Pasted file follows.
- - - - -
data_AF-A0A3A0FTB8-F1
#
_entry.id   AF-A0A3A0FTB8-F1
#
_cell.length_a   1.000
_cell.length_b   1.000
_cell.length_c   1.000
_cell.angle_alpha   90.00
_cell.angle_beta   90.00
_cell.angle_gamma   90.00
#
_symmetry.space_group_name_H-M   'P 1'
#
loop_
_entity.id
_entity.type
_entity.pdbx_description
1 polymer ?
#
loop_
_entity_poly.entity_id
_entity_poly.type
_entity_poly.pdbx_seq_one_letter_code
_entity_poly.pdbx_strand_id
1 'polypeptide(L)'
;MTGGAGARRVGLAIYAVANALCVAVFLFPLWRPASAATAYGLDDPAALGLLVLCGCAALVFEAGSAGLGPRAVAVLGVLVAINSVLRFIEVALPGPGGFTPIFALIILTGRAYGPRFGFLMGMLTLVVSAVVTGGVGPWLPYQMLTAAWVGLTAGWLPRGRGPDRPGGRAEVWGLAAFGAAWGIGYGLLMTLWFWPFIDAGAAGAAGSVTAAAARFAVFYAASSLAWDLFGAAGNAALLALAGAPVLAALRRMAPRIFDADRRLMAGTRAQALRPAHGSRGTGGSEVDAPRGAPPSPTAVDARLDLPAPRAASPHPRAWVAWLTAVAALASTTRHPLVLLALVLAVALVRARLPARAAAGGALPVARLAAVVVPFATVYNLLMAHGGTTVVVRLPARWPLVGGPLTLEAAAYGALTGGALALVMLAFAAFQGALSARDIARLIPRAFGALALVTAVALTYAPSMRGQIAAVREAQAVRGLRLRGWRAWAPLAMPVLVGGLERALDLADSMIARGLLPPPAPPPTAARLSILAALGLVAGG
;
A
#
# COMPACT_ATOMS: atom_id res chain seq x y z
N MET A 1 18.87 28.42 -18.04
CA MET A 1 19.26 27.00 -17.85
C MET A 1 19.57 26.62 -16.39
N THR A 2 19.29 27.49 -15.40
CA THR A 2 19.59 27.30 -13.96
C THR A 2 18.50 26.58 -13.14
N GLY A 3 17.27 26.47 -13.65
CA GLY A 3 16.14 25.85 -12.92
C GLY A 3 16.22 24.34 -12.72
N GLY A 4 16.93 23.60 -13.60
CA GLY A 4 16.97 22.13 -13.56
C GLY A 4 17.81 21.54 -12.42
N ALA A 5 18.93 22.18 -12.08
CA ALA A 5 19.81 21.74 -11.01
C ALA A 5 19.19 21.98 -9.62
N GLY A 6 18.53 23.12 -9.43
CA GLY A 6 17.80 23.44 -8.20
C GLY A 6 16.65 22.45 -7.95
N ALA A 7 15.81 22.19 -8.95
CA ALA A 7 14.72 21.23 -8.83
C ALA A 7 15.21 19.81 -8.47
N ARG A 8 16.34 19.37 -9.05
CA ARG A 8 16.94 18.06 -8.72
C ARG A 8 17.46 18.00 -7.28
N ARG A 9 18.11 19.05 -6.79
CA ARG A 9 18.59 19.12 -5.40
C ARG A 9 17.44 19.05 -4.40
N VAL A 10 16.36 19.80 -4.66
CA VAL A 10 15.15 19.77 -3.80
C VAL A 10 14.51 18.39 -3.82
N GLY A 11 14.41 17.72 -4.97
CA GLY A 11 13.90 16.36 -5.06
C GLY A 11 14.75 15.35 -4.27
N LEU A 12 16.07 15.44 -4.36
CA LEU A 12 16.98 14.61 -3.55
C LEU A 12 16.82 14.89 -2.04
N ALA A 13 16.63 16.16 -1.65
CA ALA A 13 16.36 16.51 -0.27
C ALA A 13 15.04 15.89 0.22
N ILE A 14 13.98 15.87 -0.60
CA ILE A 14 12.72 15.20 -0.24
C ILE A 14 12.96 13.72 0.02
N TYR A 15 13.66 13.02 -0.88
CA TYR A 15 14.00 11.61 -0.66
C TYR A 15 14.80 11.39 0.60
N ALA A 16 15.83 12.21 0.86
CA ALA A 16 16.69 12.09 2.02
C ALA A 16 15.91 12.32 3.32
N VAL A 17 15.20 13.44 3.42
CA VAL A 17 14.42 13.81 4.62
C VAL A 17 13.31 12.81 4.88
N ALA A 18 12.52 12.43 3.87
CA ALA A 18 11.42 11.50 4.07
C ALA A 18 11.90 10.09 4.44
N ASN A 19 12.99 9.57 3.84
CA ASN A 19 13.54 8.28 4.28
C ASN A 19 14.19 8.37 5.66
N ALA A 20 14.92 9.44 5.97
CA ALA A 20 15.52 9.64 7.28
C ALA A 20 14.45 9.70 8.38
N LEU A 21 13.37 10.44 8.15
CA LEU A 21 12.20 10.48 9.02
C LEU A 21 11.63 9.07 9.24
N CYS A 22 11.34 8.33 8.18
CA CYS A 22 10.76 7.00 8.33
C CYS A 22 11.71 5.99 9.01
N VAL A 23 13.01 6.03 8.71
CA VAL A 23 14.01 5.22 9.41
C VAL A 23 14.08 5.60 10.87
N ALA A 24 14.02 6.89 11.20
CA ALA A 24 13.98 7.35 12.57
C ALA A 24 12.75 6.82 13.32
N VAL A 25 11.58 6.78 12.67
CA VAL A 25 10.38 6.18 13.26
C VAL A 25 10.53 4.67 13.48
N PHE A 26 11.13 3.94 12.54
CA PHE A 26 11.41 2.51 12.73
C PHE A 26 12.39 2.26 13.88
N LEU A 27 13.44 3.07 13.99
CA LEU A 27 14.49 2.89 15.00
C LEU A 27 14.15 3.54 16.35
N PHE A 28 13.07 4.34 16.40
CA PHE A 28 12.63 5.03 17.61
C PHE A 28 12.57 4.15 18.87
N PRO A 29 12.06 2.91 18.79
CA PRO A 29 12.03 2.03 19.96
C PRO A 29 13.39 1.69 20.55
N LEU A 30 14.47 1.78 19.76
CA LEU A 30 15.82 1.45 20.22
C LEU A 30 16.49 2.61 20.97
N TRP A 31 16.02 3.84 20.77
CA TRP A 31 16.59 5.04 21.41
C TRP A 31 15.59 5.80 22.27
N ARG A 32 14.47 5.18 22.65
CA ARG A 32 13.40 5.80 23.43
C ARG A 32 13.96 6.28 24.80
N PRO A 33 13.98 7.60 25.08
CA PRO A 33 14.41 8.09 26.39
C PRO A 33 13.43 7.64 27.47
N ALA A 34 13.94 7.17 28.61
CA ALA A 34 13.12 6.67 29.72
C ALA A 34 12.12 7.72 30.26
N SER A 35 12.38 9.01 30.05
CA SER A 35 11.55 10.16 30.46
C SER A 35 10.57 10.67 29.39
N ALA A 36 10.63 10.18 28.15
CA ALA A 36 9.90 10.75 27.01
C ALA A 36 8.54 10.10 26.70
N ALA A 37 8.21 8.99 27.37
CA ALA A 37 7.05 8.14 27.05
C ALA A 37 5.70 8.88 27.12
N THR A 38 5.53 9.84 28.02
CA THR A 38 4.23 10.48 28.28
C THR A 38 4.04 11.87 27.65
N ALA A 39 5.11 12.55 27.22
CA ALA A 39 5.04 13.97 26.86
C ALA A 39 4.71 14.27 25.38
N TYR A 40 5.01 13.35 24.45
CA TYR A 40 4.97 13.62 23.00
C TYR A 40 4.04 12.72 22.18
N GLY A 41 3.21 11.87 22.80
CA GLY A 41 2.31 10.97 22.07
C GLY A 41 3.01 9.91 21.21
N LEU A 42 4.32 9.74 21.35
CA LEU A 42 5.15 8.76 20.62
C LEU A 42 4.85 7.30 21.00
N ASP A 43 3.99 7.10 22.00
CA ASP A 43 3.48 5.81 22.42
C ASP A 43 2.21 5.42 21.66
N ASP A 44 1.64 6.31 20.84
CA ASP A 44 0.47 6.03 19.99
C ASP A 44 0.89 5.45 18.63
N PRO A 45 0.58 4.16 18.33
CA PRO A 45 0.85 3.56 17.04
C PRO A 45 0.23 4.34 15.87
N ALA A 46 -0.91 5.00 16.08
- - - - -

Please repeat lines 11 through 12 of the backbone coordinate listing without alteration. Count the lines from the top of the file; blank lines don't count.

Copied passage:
#
_symmetry.space_group_name_H-M   'P 1'